My daughter bought be a 3 foot Darth Vader for my birthday. It’s in my man cave. On it is a tag that reads ‘you’re my father.’
Lucky I am.
(You see. And I didn’t even mention ‘I felt your presents/ presence.)
My daughter dressed up for her school ‘pirate’ day.
We have had environment (green) day and sports day, which I both fully endorse…but..
Why? What will this teach her?
That pillaging and plundering for a living is good?
That yo ho ho is the proper way to laugh?
What the word ‘skulduggery’ means.
That pantaloons are making a comeback?
That ransacking and looting is a genuine career choice?
That having an eye or leg missing is no bad thing?
That crocodiles tick?
That Captain Phillips had it all wrong?
That having parrots stapled to your shoulder is a good idea (beautiful plumage the Norweigan Blue)
Who needs milk when you can have rum?
That timbers shiver?
That lubbing land is bad?
How is this improving her education? Are pirates good role models? I mean they never have them dressing up as say a bureaucrat, or theatre critic or TV chef or politician…. actually, come to think of it….
A pirates life for me, a pirates life for me….
For Fathers Day I had the choice of
what to do.
I chose to drive to the seaside, watch My daughter’s donkey ride, share a paddle with her in the sub-zero North Sea, lose at the arcade machines, have my arm mangled and half eaten on the ghost train (not by a werewolf, but by my 5 year old girl), eat ice cream despite the windchill, over eat my fish and chip dinner, sing loudly on the way back home after nailing eye spy for half an hour. Heaven.
Normality is heaven.
(Though sometimes only bad news make us ever really appreciate that.)
So to all the Dads, happy Father’s Day.
To all the mums, thanks for making our day even more special.
To all our kids, never stop hanging off our necks (we like it really.)
And to all those who may not have seen their dad’s today because they are no longer with us, remember something good about them and say a toast.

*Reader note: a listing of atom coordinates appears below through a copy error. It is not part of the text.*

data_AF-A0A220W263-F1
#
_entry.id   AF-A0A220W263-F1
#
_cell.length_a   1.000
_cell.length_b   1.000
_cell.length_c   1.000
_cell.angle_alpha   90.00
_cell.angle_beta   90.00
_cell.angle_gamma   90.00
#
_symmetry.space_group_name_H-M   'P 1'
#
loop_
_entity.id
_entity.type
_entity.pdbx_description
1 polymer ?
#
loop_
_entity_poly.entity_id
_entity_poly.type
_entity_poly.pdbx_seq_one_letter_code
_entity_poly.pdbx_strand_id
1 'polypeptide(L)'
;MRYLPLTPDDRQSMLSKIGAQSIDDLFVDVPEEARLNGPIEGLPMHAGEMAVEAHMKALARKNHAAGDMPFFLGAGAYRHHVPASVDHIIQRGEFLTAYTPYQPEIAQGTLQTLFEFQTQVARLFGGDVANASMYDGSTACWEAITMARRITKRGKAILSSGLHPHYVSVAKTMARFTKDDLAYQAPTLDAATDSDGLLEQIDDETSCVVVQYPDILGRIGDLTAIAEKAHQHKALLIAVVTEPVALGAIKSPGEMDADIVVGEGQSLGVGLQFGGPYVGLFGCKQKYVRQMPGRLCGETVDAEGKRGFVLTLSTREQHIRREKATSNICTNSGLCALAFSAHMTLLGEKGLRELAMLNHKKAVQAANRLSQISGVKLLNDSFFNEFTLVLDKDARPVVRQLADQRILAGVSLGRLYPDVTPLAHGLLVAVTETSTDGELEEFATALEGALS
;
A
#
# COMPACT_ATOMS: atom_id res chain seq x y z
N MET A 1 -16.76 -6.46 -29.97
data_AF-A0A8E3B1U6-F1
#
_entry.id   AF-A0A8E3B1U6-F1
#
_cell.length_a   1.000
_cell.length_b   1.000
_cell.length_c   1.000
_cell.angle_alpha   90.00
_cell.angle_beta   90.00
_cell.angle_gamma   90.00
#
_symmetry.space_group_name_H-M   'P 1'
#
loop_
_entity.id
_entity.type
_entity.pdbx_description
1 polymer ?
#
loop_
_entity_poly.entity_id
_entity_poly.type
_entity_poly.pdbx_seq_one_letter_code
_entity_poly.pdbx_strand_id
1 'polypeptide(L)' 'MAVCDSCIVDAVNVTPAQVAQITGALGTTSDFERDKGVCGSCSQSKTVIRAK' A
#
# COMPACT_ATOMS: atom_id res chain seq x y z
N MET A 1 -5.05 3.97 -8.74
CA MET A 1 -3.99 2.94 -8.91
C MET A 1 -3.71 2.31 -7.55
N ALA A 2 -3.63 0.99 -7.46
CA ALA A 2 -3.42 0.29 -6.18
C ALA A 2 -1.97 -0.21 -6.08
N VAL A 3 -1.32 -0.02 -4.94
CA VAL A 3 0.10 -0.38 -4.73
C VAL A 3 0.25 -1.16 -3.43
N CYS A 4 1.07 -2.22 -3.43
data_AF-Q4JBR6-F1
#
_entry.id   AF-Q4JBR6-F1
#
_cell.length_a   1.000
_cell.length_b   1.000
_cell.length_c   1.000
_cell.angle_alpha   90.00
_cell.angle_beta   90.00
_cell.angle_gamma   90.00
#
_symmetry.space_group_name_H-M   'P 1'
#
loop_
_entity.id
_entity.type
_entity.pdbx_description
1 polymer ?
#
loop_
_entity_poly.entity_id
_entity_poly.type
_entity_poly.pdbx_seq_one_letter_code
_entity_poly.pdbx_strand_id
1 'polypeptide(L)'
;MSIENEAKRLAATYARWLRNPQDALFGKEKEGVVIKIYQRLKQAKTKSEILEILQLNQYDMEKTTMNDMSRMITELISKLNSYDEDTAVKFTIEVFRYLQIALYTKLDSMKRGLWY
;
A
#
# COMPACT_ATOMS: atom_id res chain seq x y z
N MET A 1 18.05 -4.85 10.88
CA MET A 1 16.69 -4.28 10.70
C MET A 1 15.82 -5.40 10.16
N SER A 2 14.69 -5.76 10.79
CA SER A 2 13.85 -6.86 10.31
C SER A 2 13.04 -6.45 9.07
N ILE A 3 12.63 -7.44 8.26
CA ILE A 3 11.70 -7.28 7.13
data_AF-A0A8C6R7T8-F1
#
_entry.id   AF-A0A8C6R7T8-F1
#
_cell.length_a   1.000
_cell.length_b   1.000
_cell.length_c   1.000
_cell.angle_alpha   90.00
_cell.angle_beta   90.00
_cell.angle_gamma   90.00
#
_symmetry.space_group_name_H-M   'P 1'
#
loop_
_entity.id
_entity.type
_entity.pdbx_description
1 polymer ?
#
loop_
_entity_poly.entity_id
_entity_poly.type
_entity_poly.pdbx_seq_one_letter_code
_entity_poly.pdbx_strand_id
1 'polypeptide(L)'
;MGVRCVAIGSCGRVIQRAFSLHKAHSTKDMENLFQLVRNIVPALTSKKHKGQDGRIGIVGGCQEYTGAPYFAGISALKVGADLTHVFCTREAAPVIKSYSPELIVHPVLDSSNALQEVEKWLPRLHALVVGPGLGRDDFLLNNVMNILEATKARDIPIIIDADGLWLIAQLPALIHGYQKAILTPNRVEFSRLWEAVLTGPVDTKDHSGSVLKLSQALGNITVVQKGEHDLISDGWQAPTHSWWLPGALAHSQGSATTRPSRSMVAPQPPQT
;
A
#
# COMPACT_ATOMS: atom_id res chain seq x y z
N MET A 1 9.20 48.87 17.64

My mug of tea and smoke later will be for you pops.
Now…got some sand to get out of my toes.
Who needs an iPad. A Nintendo wii or puu. Xbox 360. Ps4… Who needs TV. Home cinema. Blu-ray?
All you need are a few boxes, sticky tape, packing polystyrene and half an imagination.
And a five year old really helps as an excuse (pictured.)
They say an Englishman’s home is his castle. I say whatever it is, is should be a place of play! (Children optional.)
Disney films – go straight for the heart of kids and parents’ darkest fears. Though they are mainly kids films it surprises me to think of how many of them have orphans or children estranged / lost from their parents as a theme. Check out this list. Its from the top of my head so, there may be inaccuracies or omissions. Feel free to add or correct me in comments.
Here’s a quick, and by no means exhaustive list:
Anna and Elsa – Frozen (orphaned)
Bambi (Mum dead, Dad posing in the woods)Nemo – Finding Nemo (lost)
Dumbo (Separated from Mum (gets me evreytime!))
Simba – Lion King (Dad dead)
Peter Pan (Lost boy, no parents)
Tarzan (Orphaned and raised by monkeys)
Mowgli – Jungle Book (orphaned and brought up by bankers)
Aristocats (No Dad)
Snow white (Evil stepmother)
Cinderella (Evil stepmother)
Sleeping Beauty (Put into sleep and taken far away from family),
Rapunzel (Stolen by witch)
Belle (No mother, Dad kidnapped)
Pinocchio (No parents and an insect for a conscience.)
101 Dalmations (Stolen from parents)
Little Mermaid (No mum)
Penny – Rescuers (Orphaned)
Tod – Fox and Hound – (Orphaned)
I know, I know it isn’t all Disney – Harry Potter, Despicable Me, Chitty Chitty Bang Bang, Charlie and the Chocolate Factory – The list goes on and on…..
Dying is about the person.
Death is about everyone else.
It is 15 years since I lost my Dad.
Whenever I look back, it is with fondness. Great memories of holding onto his stubbly chin for a shoulder ride. How he always smelled of creosote or just plain old outside. How he used to do a 14 hour shift then fall asleep reading me and my sister a bedtime story. How he could build a shed in an afternoon and still have a bit of wood (and time) left over to help me make a crossbow to fire Mum’s clothes pegs at the neighbours windows. He’d even fetch me the pegs.
I can remember near the end, when he was fighting to stay around to see the cherry blossom. Prolific this time of year.
Whenever I see it I think of him.
How he fought, his breathing machine rattling on for one more breath. His family rattling alongside him through the dark, painful, destroying hours where we clung onto him as he dwindled away. Where we fought to stay awake, to hear his next breath; to make sure he did not die alone in the dark.
Like I said, Cherry blossom is prolific. It brightens up our world for a few days then fades away. We remember the vivid colours it shouts into spring, not the brown, desiccated remnants that lie on the floor then disappear on the breeze.
Though cherry blossom saddens me, just a little, the colours and joys prevail. Like death and life I suppose.
Like father like son.